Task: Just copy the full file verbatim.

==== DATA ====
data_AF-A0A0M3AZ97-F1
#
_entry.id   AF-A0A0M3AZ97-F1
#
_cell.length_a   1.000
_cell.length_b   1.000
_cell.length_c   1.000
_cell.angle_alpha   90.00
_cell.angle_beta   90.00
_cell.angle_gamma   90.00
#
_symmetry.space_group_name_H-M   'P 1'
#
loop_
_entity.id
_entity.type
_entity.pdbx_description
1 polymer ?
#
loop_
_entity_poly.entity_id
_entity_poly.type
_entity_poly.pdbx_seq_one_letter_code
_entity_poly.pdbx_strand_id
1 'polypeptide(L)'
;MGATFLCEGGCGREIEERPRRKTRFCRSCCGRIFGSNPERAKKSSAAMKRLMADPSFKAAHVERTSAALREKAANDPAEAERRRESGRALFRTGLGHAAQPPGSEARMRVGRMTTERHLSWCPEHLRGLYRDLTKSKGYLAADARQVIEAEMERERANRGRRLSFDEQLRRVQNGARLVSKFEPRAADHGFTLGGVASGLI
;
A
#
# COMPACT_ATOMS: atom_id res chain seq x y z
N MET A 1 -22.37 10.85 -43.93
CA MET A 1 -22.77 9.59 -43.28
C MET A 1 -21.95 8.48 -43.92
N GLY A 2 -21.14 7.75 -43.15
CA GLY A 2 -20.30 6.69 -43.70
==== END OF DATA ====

data_AF-A0A0M3AZ97-F1
#
_entry.id   AF-A0A0M3AZ97-F1
#
_cell.length_a   1.000
_cell.length_b   1.000
_cell.length_c   1.000
_cell.angle_alpha   90.00
_cell.angle_beta   90.00
_cell.angle_gamma   90.00
#
_symmetry.space_group_name_H-M   'P 1'
#
loop_
_entity.id
_entity.type
_entity.pdbx_description
1 polymer ?
#
loop_
_entity_poly.entity_id
_entity_poly.type
_entity_poly.pdbx_seq_one_letter_code
_entity_poly.pdbx_strand_id
1 'polypeptide(L)'
;MGATFLCEGGCGREIEERPRRKTRFCRSCCGRIFGSNPERAKKSSAAMKRLMADPSFKAAHVERTSAALREKAANDPAEAERRRESGRALFRTGLGHAAQPPGSEARMRVGRMTTERHLSWCPEHLRGLYRDLTKSKGYLAADARQVIEAEMERERANRGRRLSFDEQLRRVQNGARLVSKFEPRAADHGFTLGGVASGLI
;
A
#
# COMPACT_ATOMS: atom_id res chain seq x y z
N MET A 1 -22.37 10.85 -43.93
CA MET A 1 -22.77 9.59 -43.28
C MET A 1 -21.95 8.48 -43.92
N GLY A 2 -21.14 7.75 -43.15
CA GLY A 2 -20.30 6.69 -43.70